View Full Version : Questions For the Guerill FX Seminar

01 January 2002, 09:29 PM
I thought it would be good to start a post where we can share our questions, so we wont be asking the same thing over and over. And maybe have some discussion on the seminar and the perticipating companies.

All you guys and gools, pile on what you think, and what you think of asking! :)

The question I have been longing to ask is; what do they see in the future for big corporations like themselves. And how much exactly will the CG industry grow in the next 10 years?

01 January 2002, 05:26 AM
i am not a big company owner yet but if you look at the past two years you'll see some great things happening.

example 1- instead of the occational 3d movie by pixar this year 4 3d movies came out all from different companies. and next year promises more of the same.

example 2- with the release of x-box and gamecube , and soon playstation 3 probably , the need for talented 3d modellers and animators are increasing

example 3- the technology is getting more accessible , the software is getting cheaper also more powerful allows you to focus on the creative side.

i would love to hear other people's opinions on this too :)


01 January 2002, 09:09 PM
Hmm, I dont know, but I think it is very small so far, beacuse there are only 2 movies that have been made in CG out and half-popular, which are Jimmy Newton and Monster Inc. (I like Monsters Inc. better) I really dont see how the CG move industry will expland more than it does now... But, again please prove me wrong! PLZ!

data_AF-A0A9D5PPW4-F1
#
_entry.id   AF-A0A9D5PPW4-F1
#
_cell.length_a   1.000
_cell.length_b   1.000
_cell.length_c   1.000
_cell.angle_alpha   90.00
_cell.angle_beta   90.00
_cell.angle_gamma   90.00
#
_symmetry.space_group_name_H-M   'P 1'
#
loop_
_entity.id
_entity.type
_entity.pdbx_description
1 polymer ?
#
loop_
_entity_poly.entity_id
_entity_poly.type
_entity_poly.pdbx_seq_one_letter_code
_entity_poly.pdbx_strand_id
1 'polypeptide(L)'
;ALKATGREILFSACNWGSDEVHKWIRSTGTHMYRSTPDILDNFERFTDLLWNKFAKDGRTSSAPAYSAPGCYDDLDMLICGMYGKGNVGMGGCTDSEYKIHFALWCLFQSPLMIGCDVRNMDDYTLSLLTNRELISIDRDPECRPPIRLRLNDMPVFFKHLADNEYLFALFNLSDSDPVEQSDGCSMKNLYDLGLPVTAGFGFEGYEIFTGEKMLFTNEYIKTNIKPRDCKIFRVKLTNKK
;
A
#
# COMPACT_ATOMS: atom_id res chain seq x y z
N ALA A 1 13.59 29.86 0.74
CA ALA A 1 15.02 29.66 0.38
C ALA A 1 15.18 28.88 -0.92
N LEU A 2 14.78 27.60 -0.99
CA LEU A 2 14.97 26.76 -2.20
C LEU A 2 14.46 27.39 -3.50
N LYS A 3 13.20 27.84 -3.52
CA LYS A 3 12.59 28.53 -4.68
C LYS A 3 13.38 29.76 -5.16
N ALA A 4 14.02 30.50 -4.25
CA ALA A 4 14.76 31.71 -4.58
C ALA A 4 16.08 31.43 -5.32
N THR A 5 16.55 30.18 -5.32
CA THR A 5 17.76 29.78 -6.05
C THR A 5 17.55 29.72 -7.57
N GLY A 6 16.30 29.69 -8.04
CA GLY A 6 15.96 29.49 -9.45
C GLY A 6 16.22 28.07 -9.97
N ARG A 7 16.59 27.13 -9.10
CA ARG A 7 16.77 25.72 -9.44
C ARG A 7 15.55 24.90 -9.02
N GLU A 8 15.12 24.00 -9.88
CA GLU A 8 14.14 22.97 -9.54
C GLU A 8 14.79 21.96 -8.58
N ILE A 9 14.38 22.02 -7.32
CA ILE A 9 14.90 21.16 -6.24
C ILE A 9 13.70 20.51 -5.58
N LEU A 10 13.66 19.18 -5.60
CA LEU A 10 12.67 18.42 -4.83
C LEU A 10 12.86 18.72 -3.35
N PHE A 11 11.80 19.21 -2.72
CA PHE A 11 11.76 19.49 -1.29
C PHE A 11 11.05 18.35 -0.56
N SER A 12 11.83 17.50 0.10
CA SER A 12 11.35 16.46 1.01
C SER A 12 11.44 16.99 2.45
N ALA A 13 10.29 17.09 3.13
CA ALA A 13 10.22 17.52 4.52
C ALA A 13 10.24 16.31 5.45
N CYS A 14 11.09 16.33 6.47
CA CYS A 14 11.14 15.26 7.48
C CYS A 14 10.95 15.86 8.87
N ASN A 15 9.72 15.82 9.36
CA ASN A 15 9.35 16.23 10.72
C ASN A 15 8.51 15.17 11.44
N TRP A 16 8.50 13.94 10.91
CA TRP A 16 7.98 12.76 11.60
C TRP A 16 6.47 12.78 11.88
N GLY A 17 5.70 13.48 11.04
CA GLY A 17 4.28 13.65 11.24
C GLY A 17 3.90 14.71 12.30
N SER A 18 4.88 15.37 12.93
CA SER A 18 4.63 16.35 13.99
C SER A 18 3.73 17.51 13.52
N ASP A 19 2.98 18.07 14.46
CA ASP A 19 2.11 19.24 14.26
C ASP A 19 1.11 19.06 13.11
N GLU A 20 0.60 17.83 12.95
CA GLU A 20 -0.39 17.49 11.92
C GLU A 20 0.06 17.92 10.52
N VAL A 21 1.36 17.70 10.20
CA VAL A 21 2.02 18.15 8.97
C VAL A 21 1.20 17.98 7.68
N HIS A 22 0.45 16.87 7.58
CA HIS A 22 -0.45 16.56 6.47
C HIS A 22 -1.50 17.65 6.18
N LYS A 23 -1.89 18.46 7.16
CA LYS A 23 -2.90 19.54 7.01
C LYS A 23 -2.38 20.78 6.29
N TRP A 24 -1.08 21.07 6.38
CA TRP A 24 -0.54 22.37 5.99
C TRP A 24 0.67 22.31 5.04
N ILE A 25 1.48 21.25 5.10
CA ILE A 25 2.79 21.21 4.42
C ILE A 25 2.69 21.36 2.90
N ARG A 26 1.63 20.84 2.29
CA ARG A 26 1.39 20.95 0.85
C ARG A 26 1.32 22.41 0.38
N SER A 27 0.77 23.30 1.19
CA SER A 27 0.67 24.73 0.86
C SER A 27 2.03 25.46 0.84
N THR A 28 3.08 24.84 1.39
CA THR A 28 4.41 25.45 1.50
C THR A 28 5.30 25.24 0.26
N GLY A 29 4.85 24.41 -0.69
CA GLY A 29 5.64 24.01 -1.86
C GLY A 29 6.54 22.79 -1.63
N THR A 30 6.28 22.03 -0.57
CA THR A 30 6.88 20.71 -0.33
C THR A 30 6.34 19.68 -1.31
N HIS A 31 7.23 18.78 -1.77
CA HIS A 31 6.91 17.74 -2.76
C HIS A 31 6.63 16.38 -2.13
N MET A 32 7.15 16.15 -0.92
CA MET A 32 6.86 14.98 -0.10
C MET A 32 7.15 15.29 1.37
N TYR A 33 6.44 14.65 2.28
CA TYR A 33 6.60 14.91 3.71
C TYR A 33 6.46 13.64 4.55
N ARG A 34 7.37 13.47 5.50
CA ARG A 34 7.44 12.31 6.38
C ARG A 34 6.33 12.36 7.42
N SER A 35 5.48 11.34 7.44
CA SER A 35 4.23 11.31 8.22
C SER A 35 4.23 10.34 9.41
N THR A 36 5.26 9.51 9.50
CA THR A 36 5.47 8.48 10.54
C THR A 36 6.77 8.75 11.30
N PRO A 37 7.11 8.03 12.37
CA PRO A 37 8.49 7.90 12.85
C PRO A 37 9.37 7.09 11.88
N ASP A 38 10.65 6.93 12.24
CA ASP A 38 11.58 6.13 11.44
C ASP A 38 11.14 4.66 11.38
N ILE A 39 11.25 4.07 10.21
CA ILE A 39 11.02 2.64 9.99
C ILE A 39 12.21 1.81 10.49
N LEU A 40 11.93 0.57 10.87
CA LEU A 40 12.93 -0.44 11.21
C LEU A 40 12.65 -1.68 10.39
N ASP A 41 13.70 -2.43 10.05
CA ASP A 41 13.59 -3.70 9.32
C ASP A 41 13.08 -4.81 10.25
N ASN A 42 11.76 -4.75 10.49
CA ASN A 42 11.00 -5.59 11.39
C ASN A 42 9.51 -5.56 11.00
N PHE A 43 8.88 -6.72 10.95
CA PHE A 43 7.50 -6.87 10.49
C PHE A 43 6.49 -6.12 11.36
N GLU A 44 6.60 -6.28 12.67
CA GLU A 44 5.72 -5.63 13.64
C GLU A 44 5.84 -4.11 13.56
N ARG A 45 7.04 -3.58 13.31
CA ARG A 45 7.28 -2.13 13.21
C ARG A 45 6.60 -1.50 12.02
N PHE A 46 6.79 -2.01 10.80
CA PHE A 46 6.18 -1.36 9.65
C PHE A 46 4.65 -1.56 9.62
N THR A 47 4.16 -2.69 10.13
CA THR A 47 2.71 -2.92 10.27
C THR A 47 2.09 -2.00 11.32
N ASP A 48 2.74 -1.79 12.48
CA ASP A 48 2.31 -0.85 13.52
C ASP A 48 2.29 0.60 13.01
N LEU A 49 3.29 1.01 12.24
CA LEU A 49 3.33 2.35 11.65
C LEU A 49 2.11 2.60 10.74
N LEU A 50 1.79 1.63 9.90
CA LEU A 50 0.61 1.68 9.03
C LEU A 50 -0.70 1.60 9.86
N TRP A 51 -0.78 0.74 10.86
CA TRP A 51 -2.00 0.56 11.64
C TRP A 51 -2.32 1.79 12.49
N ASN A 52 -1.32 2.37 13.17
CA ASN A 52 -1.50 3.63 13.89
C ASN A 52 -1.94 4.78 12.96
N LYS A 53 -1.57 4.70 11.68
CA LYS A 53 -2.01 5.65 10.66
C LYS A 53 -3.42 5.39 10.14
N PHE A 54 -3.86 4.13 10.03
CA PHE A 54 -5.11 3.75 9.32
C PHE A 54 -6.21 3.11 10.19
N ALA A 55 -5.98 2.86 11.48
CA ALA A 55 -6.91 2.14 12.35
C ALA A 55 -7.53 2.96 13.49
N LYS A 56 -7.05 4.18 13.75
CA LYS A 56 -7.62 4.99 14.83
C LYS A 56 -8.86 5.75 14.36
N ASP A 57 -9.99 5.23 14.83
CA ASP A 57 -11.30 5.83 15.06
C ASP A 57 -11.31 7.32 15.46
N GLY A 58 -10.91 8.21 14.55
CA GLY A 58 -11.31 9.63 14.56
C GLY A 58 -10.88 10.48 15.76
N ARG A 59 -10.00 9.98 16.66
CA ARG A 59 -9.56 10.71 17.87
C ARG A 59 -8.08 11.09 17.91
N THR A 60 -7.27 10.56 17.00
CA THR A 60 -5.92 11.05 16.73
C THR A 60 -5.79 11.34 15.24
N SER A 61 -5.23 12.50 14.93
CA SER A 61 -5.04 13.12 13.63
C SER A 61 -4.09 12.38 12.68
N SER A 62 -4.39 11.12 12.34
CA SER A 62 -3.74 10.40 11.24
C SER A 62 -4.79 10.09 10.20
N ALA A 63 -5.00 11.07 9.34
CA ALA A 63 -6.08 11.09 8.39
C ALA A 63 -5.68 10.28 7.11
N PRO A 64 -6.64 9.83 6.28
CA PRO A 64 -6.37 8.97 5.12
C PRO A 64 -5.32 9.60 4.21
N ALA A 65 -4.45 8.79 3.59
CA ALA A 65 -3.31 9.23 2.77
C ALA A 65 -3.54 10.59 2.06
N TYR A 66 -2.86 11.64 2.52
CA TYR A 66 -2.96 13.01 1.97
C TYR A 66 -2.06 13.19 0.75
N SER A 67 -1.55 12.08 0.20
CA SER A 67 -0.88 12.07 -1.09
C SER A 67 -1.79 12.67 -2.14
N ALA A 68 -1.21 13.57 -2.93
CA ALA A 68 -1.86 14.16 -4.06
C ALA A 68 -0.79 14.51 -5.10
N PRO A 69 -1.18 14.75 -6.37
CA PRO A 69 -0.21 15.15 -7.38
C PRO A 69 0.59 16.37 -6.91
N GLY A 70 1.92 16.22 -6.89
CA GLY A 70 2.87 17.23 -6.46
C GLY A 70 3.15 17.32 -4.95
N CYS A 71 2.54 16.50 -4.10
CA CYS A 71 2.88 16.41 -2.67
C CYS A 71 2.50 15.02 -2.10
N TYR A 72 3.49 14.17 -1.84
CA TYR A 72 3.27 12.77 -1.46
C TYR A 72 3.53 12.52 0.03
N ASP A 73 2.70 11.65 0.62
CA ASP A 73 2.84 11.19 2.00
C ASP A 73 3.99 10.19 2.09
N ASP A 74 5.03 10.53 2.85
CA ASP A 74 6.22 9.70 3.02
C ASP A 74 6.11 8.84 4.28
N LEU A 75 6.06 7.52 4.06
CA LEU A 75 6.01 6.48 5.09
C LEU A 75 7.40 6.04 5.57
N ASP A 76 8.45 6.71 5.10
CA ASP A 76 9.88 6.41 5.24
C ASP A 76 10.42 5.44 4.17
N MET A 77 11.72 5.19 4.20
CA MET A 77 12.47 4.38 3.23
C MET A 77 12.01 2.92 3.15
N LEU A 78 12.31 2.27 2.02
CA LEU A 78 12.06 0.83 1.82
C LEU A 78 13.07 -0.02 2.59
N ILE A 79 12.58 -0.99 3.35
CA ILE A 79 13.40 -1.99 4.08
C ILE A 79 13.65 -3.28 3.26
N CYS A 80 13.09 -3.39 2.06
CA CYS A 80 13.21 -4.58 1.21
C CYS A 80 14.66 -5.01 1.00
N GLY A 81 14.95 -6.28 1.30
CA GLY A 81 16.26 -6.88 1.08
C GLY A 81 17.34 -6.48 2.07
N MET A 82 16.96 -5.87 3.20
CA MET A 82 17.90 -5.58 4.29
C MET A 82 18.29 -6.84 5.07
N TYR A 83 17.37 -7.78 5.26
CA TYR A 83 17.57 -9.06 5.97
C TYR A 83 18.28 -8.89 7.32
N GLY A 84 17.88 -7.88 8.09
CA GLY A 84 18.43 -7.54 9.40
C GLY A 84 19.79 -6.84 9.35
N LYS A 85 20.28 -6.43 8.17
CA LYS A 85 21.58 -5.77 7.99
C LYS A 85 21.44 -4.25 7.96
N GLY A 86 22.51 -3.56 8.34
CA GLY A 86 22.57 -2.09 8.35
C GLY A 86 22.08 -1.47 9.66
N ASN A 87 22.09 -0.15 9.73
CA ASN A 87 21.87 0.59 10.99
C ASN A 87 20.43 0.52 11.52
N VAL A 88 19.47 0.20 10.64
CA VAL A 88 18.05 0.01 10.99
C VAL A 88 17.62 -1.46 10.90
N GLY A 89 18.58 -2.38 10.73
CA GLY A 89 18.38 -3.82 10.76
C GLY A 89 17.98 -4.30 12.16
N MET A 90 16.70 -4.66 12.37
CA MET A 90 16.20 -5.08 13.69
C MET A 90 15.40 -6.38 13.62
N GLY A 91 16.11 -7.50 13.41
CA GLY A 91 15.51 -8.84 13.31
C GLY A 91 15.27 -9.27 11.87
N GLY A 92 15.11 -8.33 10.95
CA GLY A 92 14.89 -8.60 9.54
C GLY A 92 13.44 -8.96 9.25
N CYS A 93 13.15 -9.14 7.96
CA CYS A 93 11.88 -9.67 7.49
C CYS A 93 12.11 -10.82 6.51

01 January 2002, 10:19 PM
Few things: Jimmy Newtron and Monsters Inc weren't the only two successful 3d movies. Shrek was very popular, and may have outgrossed those two(would have to check that). Final Fantasy didn't do well for a very good reason: it wasn't a good movie. Shrek and Monsters Inc(as much as I don't like Pixar) were good films, 3dcg or not.

As it keeps becoming more and more feasible to make all 3d films, more will keep coming out. Another very good thing happened, and that's LOTR. Weta Digital grew immensely, and did a great job on the film. But the effect is simple: there will be more people thinking that they can do big effects like in LOTR, and so more projects can be planned with CG in mind. I think the industry will keep growing.

As for the fear of the 3d industry going the way of the 2d industry in parts of the world, I don't see it happening in a big scale. In 2d you hire a bunch of cheap workers to do the in between frames in the animation, with one or more lead artists doing the keyframes. In 3d we don't have any use for the cheap workers because we don't have to make each frame. If you have 100 mediocre 2d artists, they can do a large volume of work. But if you have those same 100 artists try to replicate what Craig Mullins does, you may as well forget it. In 3d you could have 50 people working on a character and it'd be a horrible Frankenstein. It would be nothing compared to one good artist like Taron.

Anyway, my suggestion is to always be pushing the bounds of our technical abilities. If you're at the front of the advancements, you should do fine. More detail, better textures, better lighting, more realism, always push ahead. It's only if you're caught, like some game artists now are, not knowing how to make your models look better. Some game types are having trouble making a realistic human figure out of 10-20k+ polys, because they just stuck with low poly modelling. You have to know anatomy too, which too many 3d artists in general ignore.

01 January 2002, 11:18 PM
Are you predicting a boom in the 3D industry at any time?

01 January 2002, 06:45 AM
"More detail, better textures, better lighting, more realism, always push ahead."

I think the real growth in 3D is making things happen which can't in reality. You say "always push ahead" but i think pushing sideways into surrealism and abstract productions where realism is thrown out the window.. blah blah, i think thats where 3D lends itself.

But, yes, achieving reality is a necessary step along the way... not only for companies but individual artists aswell.

Anyway, this hasn't much to do with asking questions... continue as you were.

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